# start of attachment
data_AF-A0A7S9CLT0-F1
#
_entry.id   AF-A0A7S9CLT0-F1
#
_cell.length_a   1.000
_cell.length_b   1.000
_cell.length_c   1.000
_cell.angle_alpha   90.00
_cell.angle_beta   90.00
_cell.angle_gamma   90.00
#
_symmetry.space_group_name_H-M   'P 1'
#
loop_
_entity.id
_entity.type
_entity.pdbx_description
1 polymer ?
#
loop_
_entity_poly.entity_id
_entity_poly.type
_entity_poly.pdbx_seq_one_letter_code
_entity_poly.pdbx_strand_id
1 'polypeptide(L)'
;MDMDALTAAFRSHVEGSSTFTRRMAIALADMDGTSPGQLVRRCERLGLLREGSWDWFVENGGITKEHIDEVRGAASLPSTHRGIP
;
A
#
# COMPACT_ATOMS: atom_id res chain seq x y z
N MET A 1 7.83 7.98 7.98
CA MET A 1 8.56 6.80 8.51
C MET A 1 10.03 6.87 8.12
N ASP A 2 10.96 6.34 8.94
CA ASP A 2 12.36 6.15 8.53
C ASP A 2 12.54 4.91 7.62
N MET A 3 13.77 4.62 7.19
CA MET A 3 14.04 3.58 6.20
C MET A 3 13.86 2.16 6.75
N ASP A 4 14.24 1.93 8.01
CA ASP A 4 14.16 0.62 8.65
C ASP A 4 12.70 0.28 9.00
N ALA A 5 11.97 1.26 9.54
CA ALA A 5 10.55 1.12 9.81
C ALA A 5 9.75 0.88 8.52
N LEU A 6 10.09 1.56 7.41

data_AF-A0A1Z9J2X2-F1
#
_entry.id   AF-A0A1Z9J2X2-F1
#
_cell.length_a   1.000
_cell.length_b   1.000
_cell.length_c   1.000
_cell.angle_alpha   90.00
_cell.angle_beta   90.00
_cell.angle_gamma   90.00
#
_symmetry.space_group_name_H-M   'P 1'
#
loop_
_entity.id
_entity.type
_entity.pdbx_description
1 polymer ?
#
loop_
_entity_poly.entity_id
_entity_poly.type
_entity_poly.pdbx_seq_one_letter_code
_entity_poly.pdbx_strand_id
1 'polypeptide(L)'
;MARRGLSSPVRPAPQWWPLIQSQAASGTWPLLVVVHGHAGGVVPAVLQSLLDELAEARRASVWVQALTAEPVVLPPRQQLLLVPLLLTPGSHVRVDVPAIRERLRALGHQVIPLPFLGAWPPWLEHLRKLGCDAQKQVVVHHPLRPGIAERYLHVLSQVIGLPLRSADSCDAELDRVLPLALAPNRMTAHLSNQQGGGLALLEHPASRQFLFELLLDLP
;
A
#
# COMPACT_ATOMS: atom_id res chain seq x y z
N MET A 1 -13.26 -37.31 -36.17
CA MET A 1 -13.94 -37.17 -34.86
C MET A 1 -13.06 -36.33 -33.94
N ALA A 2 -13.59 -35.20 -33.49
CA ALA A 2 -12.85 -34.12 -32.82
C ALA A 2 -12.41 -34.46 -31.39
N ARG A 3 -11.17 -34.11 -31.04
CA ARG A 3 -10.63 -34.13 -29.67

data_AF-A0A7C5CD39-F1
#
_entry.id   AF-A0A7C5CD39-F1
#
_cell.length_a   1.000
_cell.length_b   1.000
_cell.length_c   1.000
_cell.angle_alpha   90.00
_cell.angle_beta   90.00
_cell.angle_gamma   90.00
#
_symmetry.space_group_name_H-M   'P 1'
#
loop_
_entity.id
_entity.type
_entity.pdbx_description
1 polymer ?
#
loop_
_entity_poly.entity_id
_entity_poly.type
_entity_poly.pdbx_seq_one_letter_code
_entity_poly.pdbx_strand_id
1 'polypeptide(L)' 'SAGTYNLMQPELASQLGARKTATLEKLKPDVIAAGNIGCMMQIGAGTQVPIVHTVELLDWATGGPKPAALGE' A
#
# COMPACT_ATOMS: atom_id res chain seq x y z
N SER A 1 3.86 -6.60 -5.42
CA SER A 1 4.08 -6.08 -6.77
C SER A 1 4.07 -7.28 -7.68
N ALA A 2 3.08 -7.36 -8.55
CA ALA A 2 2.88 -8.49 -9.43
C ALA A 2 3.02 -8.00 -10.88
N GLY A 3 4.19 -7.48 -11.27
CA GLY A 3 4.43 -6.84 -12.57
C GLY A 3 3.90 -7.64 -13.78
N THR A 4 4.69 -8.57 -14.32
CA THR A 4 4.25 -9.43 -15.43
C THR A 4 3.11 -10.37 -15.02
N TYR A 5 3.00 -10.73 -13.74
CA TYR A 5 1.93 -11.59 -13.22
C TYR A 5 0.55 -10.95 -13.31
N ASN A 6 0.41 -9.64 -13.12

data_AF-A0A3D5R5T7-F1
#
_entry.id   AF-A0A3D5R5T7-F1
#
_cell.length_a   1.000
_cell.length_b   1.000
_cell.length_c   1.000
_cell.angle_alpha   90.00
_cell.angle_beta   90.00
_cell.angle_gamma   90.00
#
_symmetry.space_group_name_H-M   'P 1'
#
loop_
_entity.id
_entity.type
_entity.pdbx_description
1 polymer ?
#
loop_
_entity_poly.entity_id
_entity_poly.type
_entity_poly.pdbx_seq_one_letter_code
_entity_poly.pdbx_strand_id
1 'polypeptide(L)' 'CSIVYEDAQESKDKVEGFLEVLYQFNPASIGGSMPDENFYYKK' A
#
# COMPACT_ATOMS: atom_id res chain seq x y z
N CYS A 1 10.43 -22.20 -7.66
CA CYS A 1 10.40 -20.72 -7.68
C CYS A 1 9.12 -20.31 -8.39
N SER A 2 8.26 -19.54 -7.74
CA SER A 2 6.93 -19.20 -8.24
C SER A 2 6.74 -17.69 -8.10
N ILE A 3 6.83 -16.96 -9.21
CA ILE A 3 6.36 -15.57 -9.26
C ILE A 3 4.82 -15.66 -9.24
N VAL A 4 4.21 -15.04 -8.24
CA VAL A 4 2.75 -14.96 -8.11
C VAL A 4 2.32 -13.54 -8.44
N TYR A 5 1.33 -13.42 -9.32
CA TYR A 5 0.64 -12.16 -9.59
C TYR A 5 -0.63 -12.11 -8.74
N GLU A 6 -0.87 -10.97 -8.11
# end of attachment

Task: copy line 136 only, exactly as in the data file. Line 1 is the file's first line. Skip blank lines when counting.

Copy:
_cell.angle_beta   90.00